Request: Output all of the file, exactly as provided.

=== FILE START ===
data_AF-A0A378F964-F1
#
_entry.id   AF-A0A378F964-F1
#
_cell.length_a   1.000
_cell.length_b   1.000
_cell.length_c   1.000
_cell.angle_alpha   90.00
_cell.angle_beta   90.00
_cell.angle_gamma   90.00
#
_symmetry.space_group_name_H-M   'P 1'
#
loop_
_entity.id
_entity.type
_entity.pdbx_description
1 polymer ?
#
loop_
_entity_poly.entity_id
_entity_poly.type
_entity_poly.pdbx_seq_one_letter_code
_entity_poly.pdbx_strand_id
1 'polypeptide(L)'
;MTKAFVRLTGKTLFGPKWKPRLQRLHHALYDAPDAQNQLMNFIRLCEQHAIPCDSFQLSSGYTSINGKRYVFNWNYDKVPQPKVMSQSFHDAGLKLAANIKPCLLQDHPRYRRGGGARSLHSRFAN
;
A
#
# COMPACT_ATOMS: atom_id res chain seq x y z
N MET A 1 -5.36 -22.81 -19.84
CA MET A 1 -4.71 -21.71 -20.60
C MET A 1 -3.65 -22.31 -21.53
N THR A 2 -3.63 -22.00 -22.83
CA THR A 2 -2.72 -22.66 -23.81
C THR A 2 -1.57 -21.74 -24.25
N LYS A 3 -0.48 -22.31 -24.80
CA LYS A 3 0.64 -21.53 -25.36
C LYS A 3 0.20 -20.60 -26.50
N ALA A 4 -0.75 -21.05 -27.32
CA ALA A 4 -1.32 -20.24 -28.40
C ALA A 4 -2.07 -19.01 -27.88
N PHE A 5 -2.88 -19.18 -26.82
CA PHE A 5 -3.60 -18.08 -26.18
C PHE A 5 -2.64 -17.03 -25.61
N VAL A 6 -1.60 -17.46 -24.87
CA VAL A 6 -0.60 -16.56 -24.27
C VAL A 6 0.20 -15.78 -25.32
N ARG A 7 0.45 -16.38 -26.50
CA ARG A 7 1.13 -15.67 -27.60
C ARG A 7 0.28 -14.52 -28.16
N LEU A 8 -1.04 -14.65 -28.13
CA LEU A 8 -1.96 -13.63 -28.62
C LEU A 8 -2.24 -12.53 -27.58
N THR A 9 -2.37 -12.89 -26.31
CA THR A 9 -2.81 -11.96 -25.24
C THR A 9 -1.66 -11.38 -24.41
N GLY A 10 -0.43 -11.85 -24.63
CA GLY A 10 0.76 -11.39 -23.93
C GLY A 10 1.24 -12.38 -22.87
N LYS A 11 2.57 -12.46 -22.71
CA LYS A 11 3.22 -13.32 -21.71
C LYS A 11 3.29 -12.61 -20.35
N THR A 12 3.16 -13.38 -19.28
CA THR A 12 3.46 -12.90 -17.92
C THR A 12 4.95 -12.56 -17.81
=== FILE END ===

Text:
data_AF-A0A378F964-F1
#
_entry.id   AF-A0A378F964-F1
#
_cell.length_a   1.000
_cell.length_b   1.000
_cell.length_c   1.000
_cell.angle_alpha   90.00
_cell.angle_beta   90.00
_cell.angle_gamma   90.00
#
_symmetry.space_group_name_H-M   'P 1'
#
loop_
_entity.id
_entity.type
_entity.pdbx_description
1 polymer ?
#
loop_
_entity_poly.entity_id
_entity_poly.type
_entity_poly.pdbx_seq_one_letter_code
_entity_poly.pdbx_strand_id
1 'polypeptide(L)'
;MTKAFVRLTGKTLFGPKWKPRLQRLHHALYDAPDAQNQLMNFIRLCEQHAIPCDSFQLSSGYTSINGKRYVFNWNYDKVPQPKVMSQSFHDAGLKLAANIKPCLLQDHPRYRRGGGARSLHSRFAN
;
A
#
# COMPACT_ATOMS: atom_id res chain seq x y z
N MET A 1 -5.36 -22.81 -19.84
CA MET A 1 -4.71 -21.71 -20.60
C MET A 1 -3.65 -22.31 -21.53
N THR A 2 -3.63 -22.00 -22.83
CA THR A 2 -2.72 -22.66 -23.81
C THR A 2 -1.57 -21.74 -24.25
N LYS A 3 -0.48 -22.31 -24.80
CA LYS A 3 0.64 -21.53 -25.36
C LYS A 3 0.20 -20.60 -26.50
N ALA A 4 -0.75 -21.05 -27.32
CA ALA A 4 -1.32 -20.24 -28.40
C ALA A 4 -2.07 -19.01 -27.88
N PHE A 5 -2.88 -19.18 -26.82
CA PHE A 5 -3.60 -18.08 -26.18
C PHE A 5 -2.64 -17.03 -25.61
N VAL A 6 -1.60 -17.46 -24.87
CA VAL A 6 -0.60 -16.56 -24.27
C VAL A 6 0.20 -15.78 -25.32
N ARG A 7 0.45 -16.38 -26.50
CA ARG A 7 1.13 -15.67 -27.60
C ARG A 7 0.28 -14.52 -28.16
N LEU A 8 -1.04 -14.65 -28.13
CA LEU A 8 -1.96 -13.63 -28.62
C LEU A 8 -2.24 -12.53 -27.58
N THR A 9 -2.37 -12.89 -26.31
CA THR A 9 -2.81 -11.96 -25.24
C THR A 9 -1.66 -11.38 -24.41
N GLY A 10 -0.43 -11.85 -24.63
CA GLY A 10 0.76 -11.39 -23.93
C GLY A 10 1.24 -12.38 -22.87
N LYS A 11 2.57 -12.46 -22.71
CA LYS A 11 3.22 -13.32 -21.71
C LYS A 11 3.29 -12.61 -20.35
N THR A 12 3.16 -13.38 -19.28
CA THR A 12 3.46 -12.90 -17.92
C THR A 12 4.95 -12.56 -17.81